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Leave No Stone Unturned [Remuer la terre] is a collective exhibition, curated by Clelia Coussonnet, that highlights the links between plants and politics in Morocco and other countries of the global South, while rejecting the idea that nature is ornamental and neutral. By scratching the visible surface to plunge into the interstices and gaps of history, the selected works show plants are intertwined in power networks and suffer from the paradox of being knowledge resources simultaneously accessible and subjected to processes of invisibility. While human impact on climate and environmental change is increasingly discussed in public and scientific debates, still few institutions and individuals explore in depth the largely underestimated relations between plants and politics. Flora is indeed an actor, a pawn and a witness of History, revealing narratives forgotten and eluded by official history’s records.
A survey exhibition which brings together Theatrum Botanicum, Soil Affinities, Wishing Trees and Learning from Plants. Trees as actors in history, the migration of flowers, and medicinal plants testifying to neo-extractivism – these are some of the themes that Uriel Orlow pursues in his research-based art. Concrete circumstances and developments invariably form the basis of his multi-layered, multi-media works. In recent years his attention has mainly focused on entanglements between the African continent and Europe. Plants are both the narrators and protagonists here, anchoring all the events in the present day. For his solo show at Kunsthalle Mainz the artist has developed a route through the exhibition that takes visitors room by room from the origins of colonialism via the anti-apartheid movement through to contemporary concerns.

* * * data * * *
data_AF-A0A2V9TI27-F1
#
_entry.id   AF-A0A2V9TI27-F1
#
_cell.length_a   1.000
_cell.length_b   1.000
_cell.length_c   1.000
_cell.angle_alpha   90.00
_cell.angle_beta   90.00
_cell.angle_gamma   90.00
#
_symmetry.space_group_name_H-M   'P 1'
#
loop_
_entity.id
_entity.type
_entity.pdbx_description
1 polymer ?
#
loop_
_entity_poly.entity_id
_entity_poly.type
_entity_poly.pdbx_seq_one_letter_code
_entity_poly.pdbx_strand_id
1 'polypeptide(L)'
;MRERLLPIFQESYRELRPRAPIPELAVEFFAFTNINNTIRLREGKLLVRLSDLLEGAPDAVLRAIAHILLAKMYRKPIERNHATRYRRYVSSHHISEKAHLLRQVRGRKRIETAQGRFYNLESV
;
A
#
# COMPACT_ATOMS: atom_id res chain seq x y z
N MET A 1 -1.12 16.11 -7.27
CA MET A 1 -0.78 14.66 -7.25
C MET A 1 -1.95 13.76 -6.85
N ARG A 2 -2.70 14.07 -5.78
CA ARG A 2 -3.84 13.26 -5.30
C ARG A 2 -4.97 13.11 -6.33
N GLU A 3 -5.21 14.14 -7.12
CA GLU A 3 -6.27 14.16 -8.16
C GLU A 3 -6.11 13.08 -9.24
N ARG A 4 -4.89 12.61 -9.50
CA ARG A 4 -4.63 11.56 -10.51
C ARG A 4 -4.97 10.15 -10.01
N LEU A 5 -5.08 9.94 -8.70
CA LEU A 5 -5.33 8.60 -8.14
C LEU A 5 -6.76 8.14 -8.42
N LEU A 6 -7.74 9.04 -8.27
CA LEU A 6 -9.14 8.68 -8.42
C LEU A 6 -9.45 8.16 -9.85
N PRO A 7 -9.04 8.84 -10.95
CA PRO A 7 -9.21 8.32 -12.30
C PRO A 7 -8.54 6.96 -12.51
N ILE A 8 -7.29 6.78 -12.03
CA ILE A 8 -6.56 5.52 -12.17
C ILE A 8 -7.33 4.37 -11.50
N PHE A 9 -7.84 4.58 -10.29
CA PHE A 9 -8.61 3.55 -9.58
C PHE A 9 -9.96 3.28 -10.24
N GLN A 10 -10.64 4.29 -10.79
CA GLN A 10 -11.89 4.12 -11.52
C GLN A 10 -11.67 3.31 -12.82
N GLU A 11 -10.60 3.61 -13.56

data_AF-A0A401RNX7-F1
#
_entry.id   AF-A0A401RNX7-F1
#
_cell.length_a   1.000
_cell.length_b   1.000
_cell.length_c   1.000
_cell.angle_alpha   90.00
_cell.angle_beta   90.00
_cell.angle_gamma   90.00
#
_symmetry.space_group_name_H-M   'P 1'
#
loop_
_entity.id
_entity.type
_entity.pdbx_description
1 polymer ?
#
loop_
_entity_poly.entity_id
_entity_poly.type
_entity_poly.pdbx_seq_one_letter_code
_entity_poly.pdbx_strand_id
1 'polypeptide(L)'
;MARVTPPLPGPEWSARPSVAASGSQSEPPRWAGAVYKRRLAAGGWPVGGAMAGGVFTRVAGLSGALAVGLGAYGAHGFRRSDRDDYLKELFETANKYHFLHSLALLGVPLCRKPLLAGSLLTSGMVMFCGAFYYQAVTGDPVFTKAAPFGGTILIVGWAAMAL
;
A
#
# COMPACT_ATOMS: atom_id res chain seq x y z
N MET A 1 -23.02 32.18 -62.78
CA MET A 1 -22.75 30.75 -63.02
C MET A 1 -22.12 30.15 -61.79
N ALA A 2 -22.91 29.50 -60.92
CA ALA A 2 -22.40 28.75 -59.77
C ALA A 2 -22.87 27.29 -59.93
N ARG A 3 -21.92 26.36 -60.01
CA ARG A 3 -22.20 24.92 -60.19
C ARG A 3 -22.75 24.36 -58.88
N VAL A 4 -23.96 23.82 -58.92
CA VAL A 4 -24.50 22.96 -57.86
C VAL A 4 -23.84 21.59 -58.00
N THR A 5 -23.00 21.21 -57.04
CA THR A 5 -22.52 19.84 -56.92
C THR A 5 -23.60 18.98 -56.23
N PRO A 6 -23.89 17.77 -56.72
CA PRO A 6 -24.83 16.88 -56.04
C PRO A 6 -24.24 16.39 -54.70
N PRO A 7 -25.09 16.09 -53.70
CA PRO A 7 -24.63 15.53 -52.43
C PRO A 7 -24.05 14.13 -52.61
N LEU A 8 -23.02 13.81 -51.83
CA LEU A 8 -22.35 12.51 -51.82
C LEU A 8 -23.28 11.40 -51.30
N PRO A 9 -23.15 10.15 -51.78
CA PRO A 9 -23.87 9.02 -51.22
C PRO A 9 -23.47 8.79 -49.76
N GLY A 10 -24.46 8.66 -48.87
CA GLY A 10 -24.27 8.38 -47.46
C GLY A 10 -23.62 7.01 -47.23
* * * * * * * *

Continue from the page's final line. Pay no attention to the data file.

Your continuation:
Exhibition with works by Anne-Laure Franchette, Vidya Gastaldon, Clemens Klopfenstein, Marie Matusz, Gianni Motti, Uriel Orlow, Denis Savary, Rico Scagliola & Michael Meier, and Ian Wooldridge.